Saudi Arabia has spent the past few years pumping its oil riches into Silicon Valley. Now those investments are coming under scrutiny as the kingdom faces growing isolation in the business world over the unexplained disappearance of prominent journalist Jamal Khashoggi.
Tech companies have been among the major beneficiaries of Saudi Arabia’s bid to diversify its economy, receiving billions of dollars via direct investments from the country’s sovereign wealth fund, or indirectly through a massive fund established with Japan’s SoftBank (SFTBF).
Other sectors have also received Saudi cash, including infrastructure, steel and hotels.
Public Investment Fund
Saudi Arabia’s sovereign wealth fund, known as the Public Investment Fund (PIF), has beefed up its investments around the world since Crown Prince Mohammed bin Salman took charge of the fund in March 2015.
It has pumped $45 billion into the SoftBank Vision Fund, accounting for nearly 50% of the capital committed.
Separately, PIF has invested $3.5 billion in Uber in 2016, and its managing director Yasir Al Rumayyan sits on the company’s board.
The fund has also built up a stake of roughly 5% in Tesla (TSLA), according to the company’s CEO Elon Musk.
Last month, the PIF announced it would invest $1 billion in Tesla rival Lucid Motors.
Earlier this year, the fund pumped nearly half a billion dollars into Magic Leap, a startup working on augmented reality products.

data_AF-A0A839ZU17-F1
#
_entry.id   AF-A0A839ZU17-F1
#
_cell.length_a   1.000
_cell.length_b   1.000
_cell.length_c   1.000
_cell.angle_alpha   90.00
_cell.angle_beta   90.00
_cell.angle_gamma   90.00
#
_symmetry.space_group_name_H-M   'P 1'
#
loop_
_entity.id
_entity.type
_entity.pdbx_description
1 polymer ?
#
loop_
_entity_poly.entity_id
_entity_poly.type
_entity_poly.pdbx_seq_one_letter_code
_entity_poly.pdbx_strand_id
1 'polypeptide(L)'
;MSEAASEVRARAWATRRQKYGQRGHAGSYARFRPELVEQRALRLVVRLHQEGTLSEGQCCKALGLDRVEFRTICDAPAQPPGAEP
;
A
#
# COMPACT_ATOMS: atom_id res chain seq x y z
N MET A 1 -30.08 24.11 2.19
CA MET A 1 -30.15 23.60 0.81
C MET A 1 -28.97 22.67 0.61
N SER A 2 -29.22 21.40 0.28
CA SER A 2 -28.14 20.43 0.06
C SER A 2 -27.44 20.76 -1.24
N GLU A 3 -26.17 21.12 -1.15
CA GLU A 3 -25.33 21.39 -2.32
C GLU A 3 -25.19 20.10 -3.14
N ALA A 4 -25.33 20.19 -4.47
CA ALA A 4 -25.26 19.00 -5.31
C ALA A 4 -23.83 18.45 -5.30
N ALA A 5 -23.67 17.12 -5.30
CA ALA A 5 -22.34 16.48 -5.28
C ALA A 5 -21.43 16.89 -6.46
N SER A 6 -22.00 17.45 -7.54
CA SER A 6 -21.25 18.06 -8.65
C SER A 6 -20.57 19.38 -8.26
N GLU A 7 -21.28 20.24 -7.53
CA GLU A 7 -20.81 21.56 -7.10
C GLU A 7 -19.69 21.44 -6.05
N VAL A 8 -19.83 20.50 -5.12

But it’s not just about tech.
The PIF has also committed $20 billion to a Blackstone infrastructure investment fund, which was set up to invest in more than $100 billion of infrastructure projects, mostly in the United States.
Vision Fund investments
SoftBank’s $93 billion Vision Fund is largely funded by Saudi Arabia.
Data from Dealogic shows the fund has pumped billions into tech startups around the world.
Last year, it invested $4.4 billion in WeWork, the startup that has set up popular co-working spaces in cities across the globe.
A $2.25 billion investment into GM’s (GM) driverless car subsidiary, GM Cruise Holdings, followed this year.
Slack, DoorDash and Improbable Worlds are among other companies that have received Vision Fund cash.
The fund also holds a 25% stake in Arm Holdings, a UK semiconductor and software company that SoftBank bought for $32 billion in 2016.
A large chunk of Saudi investments abroad is held by private investors. Most prominent among them is the billionaire Prince Alwaleed Bin Talal.
His Kingdom Holding Company also owns stakes in Lyft and the French music streaming company Deezer, according to data from Refinitiv.
Daniel Shane, Zahraa Alkhalisi and Sherisse Pham contributed reporting.